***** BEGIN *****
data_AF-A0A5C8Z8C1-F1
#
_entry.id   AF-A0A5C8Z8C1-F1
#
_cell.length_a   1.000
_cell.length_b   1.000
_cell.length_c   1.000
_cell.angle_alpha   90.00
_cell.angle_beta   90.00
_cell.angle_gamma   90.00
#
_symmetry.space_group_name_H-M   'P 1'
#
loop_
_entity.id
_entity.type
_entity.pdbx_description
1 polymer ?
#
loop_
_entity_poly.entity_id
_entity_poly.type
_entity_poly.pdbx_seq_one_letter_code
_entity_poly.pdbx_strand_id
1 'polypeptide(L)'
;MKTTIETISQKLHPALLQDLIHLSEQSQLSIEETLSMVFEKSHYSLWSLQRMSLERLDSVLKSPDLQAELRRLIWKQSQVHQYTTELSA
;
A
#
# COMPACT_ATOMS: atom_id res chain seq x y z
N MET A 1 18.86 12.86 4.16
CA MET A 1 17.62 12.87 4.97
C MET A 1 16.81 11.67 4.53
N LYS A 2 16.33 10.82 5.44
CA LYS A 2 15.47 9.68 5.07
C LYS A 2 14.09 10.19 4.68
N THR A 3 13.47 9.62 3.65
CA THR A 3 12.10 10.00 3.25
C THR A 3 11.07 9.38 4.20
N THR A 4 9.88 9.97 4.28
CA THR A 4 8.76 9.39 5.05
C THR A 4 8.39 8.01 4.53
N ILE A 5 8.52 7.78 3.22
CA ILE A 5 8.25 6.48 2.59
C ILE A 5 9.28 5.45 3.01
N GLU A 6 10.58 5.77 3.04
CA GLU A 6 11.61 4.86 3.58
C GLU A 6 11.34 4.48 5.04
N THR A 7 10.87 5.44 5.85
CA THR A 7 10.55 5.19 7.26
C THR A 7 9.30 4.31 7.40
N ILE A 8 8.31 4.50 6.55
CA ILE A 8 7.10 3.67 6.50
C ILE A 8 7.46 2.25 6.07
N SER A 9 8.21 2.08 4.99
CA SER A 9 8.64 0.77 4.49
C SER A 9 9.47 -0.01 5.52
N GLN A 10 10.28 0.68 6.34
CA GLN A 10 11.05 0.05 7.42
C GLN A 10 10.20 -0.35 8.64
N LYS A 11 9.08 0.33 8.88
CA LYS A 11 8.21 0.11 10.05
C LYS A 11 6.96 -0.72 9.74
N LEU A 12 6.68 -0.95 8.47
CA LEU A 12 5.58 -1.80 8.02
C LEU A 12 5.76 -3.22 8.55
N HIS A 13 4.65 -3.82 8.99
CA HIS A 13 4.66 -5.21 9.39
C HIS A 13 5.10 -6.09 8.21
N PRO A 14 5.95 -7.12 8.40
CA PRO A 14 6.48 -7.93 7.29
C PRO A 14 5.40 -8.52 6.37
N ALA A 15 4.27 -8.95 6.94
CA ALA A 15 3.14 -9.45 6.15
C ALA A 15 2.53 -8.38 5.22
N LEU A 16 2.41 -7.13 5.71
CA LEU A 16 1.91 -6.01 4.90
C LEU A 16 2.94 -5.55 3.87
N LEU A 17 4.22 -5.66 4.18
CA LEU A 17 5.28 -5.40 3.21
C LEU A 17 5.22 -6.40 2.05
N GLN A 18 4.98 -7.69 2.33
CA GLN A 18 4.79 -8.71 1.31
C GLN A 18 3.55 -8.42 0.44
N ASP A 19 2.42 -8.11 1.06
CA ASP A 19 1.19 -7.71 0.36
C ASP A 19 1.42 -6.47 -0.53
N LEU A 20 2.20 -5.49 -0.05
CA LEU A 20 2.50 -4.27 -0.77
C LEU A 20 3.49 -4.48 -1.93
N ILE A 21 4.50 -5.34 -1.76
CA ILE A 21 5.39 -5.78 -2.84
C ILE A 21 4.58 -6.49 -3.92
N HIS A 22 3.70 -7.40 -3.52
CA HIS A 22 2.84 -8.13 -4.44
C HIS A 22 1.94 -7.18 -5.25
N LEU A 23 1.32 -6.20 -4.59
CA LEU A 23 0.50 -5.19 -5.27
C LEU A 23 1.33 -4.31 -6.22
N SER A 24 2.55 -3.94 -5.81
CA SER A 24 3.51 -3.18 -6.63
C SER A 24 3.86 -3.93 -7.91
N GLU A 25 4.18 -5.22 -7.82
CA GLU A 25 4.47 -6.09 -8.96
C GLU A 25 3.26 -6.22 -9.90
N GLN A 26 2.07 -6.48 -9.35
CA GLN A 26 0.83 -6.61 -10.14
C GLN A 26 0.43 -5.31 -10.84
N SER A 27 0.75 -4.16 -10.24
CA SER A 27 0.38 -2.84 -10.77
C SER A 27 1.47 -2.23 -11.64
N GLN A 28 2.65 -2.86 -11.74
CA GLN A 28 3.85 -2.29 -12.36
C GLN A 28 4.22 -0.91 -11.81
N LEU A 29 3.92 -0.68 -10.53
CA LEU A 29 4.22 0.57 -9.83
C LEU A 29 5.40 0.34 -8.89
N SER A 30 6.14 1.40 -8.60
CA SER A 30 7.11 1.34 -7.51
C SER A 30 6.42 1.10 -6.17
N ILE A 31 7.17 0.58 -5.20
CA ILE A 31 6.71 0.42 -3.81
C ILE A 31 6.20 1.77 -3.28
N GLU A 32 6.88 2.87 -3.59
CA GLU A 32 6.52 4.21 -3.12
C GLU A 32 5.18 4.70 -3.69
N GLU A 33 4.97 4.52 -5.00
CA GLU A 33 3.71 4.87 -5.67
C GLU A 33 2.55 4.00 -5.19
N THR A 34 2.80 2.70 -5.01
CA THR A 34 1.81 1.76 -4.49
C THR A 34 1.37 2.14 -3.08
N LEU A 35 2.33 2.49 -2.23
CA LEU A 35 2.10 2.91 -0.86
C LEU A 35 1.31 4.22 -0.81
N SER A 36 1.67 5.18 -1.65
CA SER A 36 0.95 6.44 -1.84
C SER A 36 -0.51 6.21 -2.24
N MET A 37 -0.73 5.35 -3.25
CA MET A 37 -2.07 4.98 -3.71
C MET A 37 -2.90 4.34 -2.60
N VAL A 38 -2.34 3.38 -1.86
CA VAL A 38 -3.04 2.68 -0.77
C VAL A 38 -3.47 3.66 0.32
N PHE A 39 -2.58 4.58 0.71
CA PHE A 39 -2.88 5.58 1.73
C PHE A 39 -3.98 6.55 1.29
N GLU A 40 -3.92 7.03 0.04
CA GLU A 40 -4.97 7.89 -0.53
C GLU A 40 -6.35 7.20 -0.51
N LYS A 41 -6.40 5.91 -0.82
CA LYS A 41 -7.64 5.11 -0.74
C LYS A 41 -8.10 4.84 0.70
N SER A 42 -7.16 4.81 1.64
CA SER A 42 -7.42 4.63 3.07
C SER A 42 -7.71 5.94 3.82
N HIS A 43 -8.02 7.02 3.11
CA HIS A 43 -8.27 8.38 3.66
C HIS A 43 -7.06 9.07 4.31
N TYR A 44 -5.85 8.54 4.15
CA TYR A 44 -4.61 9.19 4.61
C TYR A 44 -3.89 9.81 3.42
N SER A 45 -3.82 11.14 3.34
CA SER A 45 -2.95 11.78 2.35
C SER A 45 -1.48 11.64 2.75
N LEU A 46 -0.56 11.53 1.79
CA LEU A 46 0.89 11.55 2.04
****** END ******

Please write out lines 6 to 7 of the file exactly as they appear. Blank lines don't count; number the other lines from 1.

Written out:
_cell.length_b   1.000
_cell.length_c   1.000